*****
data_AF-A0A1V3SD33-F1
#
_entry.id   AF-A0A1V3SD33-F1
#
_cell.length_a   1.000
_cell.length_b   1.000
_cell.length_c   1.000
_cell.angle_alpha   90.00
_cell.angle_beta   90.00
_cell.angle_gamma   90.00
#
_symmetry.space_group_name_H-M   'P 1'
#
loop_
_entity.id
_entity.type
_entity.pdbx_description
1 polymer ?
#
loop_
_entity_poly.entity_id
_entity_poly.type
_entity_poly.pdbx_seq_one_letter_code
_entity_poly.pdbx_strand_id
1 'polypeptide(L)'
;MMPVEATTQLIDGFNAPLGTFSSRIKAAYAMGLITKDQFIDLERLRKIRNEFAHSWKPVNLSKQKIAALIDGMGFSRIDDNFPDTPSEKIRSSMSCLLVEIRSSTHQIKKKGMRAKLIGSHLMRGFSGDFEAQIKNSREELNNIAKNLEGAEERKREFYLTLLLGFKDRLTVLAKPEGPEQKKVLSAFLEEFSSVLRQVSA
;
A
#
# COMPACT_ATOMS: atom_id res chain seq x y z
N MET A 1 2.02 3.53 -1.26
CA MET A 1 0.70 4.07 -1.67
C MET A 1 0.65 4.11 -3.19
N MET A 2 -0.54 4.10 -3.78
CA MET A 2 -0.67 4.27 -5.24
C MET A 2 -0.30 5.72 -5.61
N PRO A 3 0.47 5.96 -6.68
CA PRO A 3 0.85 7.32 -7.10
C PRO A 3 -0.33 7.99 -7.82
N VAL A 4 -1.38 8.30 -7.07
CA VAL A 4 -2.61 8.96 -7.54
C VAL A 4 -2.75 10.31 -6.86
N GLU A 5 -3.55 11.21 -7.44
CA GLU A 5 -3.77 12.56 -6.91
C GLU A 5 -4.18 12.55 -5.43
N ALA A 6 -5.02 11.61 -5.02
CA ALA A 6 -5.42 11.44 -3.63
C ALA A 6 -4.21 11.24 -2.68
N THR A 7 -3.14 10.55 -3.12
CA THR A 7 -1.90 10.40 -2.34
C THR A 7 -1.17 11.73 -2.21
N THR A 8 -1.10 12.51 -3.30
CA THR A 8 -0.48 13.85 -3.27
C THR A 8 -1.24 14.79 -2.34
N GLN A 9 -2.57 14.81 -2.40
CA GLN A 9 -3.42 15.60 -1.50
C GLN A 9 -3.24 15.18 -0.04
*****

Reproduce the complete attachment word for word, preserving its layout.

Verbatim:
data_AF-A0A1V3SD33-F1
#
_entry.id   AF-A0A1V3SD33-F1
#
_cell.length_a   1.000
_cell.length_b   1.000
_cell.length_c   1.000
_cell.angle_alpha   90.00
_cell.angle_beta   90.00
_cell.angle_gamma   90.00
#
_symmetry.space_group_name_H-M   'P 1'
#
loop_
_entity.id
_entity.type
_entity.pdbx_description
1 polymer ?
#
loop_
_entity_poly.entity_id
_entity_poly.type
_entity_poly.pdbx_seq_one_letter_code
_entity_poly.pdbx_strand_id
1 'polypeptide(L)'
;MMPVEATTQLIDGFNAPLGTFSSRIKAAYAMGLITKDQFIDLERLRKIRNEFAHSWKPVNLSKQKIAALIDGMGFSRIDDNFPDTPSEKIRSSMSCLLVEIRSSTHQIKKKGMRAKLIGSHLMRGFSGDFEAQIKNSREELNNIAKNLEGAEERKREFYLTLLLGFKDRLTVLAKPEGPEQKKVLSAFLEEFSSVLRQVSA
;
A
#
# COMPACT_ATOMS: atom_id res chain seq x y z
N MET A 1 2.02 3.53 -1.26
CA MET A 1 0.70 4.07 -1.67
C MET A 1 0.65 4.11 -3.19
N MET A 2 -0.54 4.10 -3.78
CA MET A 2 -0.67 4.27 -5.24
C MET A 2 -0.30 5.72 -5.61
N PRO A 3 0.47 5.96 -6.68
CA PRO A 3 0.85 7.32 -7.10
C PRO A 3 -0.33 7.99 -7.82
N VAL A 4 -1.38 8.30 -7.07
CA VAL A 4 -2.61 8.96 -7.54
C VAL A 4 -2.75 10.31 -6.86
N GLU A 5 -3.55 11.21 -7.44
CA GLU A 5 -3.77 12.56 -6.91
C GLU A 5 -4.18 12.55 -5.43
N ALA A 6 -5.02 11.61 -5.02
CA ALA A 6 -5.42 11.44 -3.63
C ALA A 6 -4.21 11.24 -2.68
N THR A 7 -3.14 10.55 -3.12
CA THR A 7 -1.90 10.40 -2.34
C THR A 7 -1.17 11.73 -2.21
N THR A 8 -1.10 12.51 -3.30
CA THR A 8 -0.48 13.85 -3.27
C THR A 8 -1.24 14.79 -2.34
N GLN A 9 -2.57 14.81 -2.40
CA GLN A 9 -3.42 15.60 -1.50
C GLN A 9 -3.24 15.18 -0.04